If I had a tenner for every time a supermarket retailer has told me that “we’re giving our customers what they want”, I’d have retired to an offshore tax haven by now, periodically prising my body from a hammock to change the CD or pour myself another gin and tonic. I’ve heard the platitude twice in the last fortnight alone, at tastings given by Asda and Tesco, as a way of justifying safe, uninspiring ranges.
Meeting the punters’ wishes is often presented as a selfless thing, like washing their cars or bunging them a few quid, but I’m not so sure. When retailers say they are giving people what they want, what they really mean is that they are selling what suits their own purposes, or rather those of their shareholders. It was ever thus. In a recession, wine is seen as cheap bait to lure punters into stores to buy other things. I can’t see this changing until the government bans the use of alcohol as a loss leader.
Is cheap wine what consumers want? Yes and no. No one likes paying more than they have to for anything, especially at the moment, but when rock bottom prices start to undermine quality (as they do, more often than not) my hunch is that most people would rather trade up than drink something that tastes actively unpleasant.
Their ceiling might not be £8.99, but it’s a lot higher than £3.99, which is where the likes of Asda and Tesco seem to think it sits. Even Sainsbury’s, which is finally doing something to lift the quality of its wine range with some new discoveries between £7.99 and £11.99, is still flogging three bottles for £10 on television.
Asda and Tesco have tailored their ranges to reflect (and arguably exploit) the recession. The result is wine buying of stultifying blandness. Asda has binned its small fine wine selection to concentrate on a line-up of predictable, me-too names and flavours. Tesco’s range is slightly better, partly because of the parcels it sells through Tesco.com, but its recent tasting of 153 wines featured only a dozen new wines. When I tell you that one of those was Veuve Clicquot Rosé you can see what I mean about lack of innovation. If these two supermarkets are giving punters what they want, then heaven help us.
Tesco and Asda may be determined to occupy the bargain basement, but some of their competitors have raised their sights. Sainsbury’s tasting of 135 lines included 50 new products, including a Falanghina, a Grillo, a Nero d’Avola, a Petite Sirah and a Hawkes Bay Syrah. The evidence suggests that more people are eating at home these days and spending more on the occasional bottle of wine. If so, they are more likely to find something interesting at Sainsbury’s than at Tesco or Asda.
Sainsbury’s has a long way to go to catch up with Marks & Spencer and Waitrose, however. M&S’s tasting didn’t quite hit the highs of some previous events — largely because we expect so much from the supermarket these days — but nearly half of its 131 wines were new listings and included a German Pinot Noir, a Chilean Carignan, an Argentinean Tannat, a Portuguese Touriga Nacional and a £45 Barolo.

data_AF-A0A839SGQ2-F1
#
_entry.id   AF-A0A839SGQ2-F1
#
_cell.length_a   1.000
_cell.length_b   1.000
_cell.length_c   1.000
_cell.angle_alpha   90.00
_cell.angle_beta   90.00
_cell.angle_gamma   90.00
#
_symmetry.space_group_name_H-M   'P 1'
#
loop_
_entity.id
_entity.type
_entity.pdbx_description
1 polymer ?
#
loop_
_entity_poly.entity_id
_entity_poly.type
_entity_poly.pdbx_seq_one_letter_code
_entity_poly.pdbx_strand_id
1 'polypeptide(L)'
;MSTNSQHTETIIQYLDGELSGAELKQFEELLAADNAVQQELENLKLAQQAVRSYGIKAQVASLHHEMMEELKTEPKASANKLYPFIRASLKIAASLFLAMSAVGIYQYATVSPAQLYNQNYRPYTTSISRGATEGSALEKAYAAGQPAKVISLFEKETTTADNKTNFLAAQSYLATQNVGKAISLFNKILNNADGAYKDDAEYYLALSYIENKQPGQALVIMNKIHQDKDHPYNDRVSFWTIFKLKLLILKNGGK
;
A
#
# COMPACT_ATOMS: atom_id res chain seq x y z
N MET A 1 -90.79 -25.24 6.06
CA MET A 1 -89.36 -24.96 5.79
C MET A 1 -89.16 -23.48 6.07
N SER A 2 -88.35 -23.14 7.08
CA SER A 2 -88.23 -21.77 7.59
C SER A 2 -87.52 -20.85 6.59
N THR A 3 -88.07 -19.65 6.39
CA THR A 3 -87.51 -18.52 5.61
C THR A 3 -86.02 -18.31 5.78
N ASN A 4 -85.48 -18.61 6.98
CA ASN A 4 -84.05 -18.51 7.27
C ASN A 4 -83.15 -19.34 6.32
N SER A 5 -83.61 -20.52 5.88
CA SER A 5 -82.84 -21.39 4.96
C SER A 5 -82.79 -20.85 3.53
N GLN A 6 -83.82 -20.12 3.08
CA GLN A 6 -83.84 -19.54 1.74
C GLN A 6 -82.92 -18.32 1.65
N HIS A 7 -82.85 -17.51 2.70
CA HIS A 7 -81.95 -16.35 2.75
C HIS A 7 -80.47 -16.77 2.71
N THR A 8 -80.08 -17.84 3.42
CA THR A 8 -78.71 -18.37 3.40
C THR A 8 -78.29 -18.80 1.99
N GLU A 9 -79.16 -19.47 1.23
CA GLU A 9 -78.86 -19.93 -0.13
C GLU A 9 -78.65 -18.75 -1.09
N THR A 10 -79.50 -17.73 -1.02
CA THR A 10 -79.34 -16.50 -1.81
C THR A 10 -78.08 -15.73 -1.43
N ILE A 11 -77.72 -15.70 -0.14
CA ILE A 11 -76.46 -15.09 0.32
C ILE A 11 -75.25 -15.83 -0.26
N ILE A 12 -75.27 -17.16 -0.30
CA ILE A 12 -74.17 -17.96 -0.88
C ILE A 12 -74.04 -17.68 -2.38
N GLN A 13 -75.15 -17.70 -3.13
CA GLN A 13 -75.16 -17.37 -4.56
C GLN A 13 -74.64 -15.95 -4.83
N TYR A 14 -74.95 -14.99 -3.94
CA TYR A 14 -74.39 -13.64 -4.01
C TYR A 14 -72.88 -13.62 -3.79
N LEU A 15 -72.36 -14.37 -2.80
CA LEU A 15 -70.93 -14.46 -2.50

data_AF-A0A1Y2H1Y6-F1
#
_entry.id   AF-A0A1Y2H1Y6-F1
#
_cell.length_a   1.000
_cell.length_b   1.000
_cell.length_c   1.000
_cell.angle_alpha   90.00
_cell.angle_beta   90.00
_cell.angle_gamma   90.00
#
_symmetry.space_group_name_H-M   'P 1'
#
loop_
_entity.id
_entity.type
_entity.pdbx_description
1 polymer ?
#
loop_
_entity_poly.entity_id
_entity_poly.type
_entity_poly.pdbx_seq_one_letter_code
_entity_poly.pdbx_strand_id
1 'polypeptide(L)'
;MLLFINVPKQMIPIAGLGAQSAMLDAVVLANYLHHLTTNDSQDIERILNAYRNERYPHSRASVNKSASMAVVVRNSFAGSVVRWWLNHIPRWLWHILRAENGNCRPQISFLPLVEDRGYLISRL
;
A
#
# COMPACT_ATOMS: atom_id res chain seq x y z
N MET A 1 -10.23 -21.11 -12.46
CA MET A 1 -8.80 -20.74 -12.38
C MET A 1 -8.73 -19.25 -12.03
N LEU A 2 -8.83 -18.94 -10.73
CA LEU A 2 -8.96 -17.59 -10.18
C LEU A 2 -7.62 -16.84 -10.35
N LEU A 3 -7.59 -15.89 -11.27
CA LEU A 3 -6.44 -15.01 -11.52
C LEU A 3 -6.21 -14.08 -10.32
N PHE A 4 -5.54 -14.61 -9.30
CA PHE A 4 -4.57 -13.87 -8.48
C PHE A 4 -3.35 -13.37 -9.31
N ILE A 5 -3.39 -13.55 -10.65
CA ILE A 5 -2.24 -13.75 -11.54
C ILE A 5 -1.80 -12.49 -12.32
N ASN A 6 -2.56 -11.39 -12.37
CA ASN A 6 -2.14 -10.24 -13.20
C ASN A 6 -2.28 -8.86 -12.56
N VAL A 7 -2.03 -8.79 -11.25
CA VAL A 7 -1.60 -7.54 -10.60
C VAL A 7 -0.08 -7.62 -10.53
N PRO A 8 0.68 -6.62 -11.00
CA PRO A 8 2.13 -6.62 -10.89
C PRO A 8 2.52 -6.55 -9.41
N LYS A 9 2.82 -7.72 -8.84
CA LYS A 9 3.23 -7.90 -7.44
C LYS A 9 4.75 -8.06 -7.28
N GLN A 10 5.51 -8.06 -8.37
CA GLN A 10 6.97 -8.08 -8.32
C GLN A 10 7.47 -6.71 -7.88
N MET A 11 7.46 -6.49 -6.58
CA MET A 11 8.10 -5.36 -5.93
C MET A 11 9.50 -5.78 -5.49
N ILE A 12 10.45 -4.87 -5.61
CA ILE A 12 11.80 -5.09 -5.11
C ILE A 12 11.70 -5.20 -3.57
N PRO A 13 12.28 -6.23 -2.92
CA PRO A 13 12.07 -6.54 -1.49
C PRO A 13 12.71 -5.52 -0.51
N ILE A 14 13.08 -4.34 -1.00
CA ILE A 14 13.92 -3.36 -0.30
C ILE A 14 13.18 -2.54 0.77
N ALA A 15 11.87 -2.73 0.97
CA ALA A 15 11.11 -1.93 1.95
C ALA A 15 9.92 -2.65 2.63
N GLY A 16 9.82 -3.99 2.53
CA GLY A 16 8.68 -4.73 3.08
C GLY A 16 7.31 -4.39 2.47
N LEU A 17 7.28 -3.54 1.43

The Waitrose tasting was even better. In fact, I’d go so far as to say that it was the most exciting tasting the supermarket has ever put on. After some disappointing performances over the last couple of years — its New World range, in particular, was too focused on brands — Waitrose showed more than 300 wines, beers and ciders. Gone were the less than a fiver neck tags that dominated its previous tastings, in favour of new discoveries, some great fine wines and a range of “feel good” offerings from Fairtrade and other ethically-minded sources.
Waitrose sells a range of great wines. And it sells them in depth. To take only one example, it showed six white wines from Austria, including a Pinot Blanc, two Rieslings and three Grüner Veltliners. Everywhere you looked, from Italy to Argentina, France to New Zealand, there were classy listings. Some of these are only available from Waitrose Wine Direct — even the supermarket’s famously well-heeled punters may baulk at buying a £50 Châteauneuf off the shelf — but that doesn’t take anything away from the statement that Waitrose has made: quality, quality, quality.
Which supermarket is listening to its consumers? You could argue that, in their own different ways, they all are. Tesco, Asda, Sainsbury’s, Marks & Spencer and Waitrose cater for different punters, or rather sets of punters, although there is more cross over between them than some people imagine. But I still think that, where wine is concerned, the Waitrose and M&S approach will triumph in the end. Give your customers an interesting range, covering a variety of flavours and price points, and they will reward you. As Oscar Wilde one put it: “We are all in the gutter, but some of us are looking at the stars.”
Originally published in Off Licence News